As with the previous Meriva, the current model doesn’t use the platform of another car in the Vauxhall range. Rather, it’s a unique monocoque that, in common with most cars, uses some modular components and sub-assemblies beneath in the interest of economics.

Suspension at the front is by MacPherson struts, with a torsion beam at the rear, and at both ends the systems have been borrowed, with modifications, from the Zafira. Unusually, Vauxhall has changed from an all-electric steering system to a beefier electro-hydraulic set-up. UK cars even get specific tuning.

Matt Saunders Autocar

Matt Saunders

Road test editor
The 11.5-metre turning circle is disappointingly large for such a small car

In the business of going around corners, as with its performance, the new Meriva feels impressively grown-up but not tremendously exciting. It’s a trade-off that seems entirely sensible, given its intended use and audience.

Although there is a fair amount of body roll, once settled into a corner the Meriva finds good grip in dry conditions; it recorded 0.93g during our measured test. And so it should, given that this is a small MPV wearing the same tyres you’ll find on a rear-drive V6 Mercedes C-Class.

While it is possible to brush up against the limits of lateral grip through one corner, the Meriva is not a car to be driven with prolonged vigour – not because of any fundamental lack of ability, but because the body lean can feel ungainly. Better to drive in a more measured style, safe in the knowledge that the Meriva has grip in reserve and no nasty habits. There’s enough steering weight to work against without becoming overbearing, but little sense of connection with the front wheels.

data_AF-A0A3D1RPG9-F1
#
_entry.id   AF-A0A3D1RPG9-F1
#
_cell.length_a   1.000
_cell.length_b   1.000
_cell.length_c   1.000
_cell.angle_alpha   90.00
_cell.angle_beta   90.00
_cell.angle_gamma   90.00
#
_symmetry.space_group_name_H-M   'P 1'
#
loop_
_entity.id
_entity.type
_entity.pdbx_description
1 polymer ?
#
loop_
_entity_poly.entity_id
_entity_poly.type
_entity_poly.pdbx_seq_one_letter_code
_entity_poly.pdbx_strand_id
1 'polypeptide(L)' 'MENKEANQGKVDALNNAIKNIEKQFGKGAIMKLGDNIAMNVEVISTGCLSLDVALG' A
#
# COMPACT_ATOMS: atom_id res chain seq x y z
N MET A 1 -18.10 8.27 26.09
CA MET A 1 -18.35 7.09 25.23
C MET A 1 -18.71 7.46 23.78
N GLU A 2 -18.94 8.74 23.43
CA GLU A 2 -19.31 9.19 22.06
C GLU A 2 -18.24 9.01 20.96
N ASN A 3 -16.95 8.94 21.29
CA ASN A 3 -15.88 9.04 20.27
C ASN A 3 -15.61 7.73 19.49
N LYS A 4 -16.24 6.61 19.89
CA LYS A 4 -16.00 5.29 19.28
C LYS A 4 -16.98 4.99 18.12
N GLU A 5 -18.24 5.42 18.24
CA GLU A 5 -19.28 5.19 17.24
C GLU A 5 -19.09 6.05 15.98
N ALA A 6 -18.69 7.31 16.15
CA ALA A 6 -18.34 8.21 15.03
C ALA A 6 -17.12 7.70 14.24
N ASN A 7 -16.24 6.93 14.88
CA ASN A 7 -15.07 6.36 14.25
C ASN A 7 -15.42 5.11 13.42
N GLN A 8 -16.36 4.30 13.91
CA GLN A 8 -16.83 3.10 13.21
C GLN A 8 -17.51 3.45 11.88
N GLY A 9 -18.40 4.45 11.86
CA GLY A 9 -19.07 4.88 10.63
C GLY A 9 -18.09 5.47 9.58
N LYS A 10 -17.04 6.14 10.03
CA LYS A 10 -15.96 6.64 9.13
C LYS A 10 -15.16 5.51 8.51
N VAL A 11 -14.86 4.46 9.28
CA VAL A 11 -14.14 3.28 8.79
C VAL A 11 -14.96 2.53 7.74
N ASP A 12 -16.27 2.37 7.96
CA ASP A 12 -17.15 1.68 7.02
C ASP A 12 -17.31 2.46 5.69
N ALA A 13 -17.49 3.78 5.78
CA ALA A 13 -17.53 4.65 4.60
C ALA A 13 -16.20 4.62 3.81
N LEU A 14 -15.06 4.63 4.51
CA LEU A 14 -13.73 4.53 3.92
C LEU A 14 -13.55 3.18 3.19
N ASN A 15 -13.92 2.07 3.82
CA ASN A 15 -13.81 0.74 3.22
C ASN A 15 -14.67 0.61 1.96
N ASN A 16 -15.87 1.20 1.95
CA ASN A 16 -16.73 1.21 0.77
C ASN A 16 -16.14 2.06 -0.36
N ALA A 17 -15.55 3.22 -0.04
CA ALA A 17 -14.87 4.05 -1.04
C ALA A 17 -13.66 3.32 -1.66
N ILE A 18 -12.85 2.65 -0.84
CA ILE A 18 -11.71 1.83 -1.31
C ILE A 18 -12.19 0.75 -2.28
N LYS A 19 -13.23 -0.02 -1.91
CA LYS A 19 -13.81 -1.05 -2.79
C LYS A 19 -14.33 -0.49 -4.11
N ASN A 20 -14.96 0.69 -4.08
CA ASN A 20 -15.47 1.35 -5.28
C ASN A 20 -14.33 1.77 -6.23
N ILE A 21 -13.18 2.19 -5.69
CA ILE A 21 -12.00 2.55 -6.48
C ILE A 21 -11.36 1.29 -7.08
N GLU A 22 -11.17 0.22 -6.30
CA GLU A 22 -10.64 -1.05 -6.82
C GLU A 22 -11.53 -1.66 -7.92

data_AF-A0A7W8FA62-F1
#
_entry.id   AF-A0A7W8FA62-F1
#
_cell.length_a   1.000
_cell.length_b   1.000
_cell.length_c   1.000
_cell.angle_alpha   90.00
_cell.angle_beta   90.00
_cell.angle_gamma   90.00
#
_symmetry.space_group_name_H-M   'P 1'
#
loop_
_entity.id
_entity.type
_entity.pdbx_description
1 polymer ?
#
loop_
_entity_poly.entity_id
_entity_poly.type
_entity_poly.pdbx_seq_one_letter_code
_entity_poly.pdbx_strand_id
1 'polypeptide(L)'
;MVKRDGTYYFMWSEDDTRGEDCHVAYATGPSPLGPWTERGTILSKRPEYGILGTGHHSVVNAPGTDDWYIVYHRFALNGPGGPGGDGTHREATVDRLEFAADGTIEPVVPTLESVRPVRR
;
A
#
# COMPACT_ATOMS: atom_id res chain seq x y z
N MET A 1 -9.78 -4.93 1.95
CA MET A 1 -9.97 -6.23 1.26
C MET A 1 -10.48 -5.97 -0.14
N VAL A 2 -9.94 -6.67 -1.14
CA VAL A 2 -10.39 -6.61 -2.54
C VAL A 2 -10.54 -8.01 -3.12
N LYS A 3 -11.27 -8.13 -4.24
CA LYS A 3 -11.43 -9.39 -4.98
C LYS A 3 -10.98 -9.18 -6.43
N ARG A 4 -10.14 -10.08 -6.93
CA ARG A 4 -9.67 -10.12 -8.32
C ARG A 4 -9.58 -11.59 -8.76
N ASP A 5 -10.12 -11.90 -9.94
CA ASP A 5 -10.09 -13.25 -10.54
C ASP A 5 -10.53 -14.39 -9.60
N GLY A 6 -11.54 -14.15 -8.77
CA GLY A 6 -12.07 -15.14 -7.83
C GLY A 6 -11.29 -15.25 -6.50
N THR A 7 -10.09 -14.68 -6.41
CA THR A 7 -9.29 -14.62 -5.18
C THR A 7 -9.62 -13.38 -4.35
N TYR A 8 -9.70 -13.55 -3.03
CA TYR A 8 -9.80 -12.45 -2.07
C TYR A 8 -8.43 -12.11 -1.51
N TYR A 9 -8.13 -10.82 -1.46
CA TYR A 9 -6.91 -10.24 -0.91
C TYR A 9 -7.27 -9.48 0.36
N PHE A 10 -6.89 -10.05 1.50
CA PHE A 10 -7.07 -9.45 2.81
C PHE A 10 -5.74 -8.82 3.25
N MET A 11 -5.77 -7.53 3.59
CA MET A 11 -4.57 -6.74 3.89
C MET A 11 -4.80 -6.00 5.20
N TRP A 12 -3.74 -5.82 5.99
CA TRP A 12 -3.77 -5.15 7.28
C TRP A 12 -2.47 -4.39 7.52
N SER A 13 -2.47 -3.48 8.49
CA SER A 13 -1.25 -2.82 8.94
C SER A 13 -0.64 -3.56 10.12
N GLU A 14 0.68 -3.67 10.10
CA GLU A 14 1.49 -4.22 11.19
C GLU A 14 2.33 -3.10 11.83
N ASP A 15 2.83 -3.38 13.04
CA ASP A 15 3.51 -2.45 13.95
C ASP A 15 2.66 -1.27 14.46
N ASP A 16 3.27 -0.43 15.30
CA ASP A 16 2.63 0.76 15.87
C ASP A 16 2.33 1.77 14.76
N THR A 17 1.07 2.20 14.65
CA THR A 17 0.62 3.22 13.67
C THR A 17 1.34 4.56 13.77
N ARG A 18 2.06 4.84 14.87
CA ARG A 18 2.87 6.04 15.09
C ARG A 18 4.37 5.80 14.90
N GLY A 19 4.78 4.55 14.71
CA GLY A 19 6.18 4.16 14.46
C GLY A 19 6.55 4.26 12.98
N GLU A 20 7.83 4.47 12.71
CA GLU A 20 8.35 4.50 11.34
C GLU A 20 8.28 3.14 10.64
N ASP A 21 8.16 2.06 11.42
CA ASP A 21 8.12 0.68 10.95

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What we do have more concern over is the turning circle: 11.5 metres is disappointingly large for such a small car. It’s not so large that it is likely to thwart intended manoeuvres very often, but the sense of applying full lock and still not being quite sure if it’s possible to complete a turn in one hit makes the Meriva feel like a larger car. No doubt the wide tyres are to blame.

Wheels and tyres are also the likely culprits for the brittle ride at slow speeds. Generally, the Meriva is a comfortable car with a suspension set-up designed more for gentle bump absorption than for body control. However, at urban speeds it fidgets more than it should.

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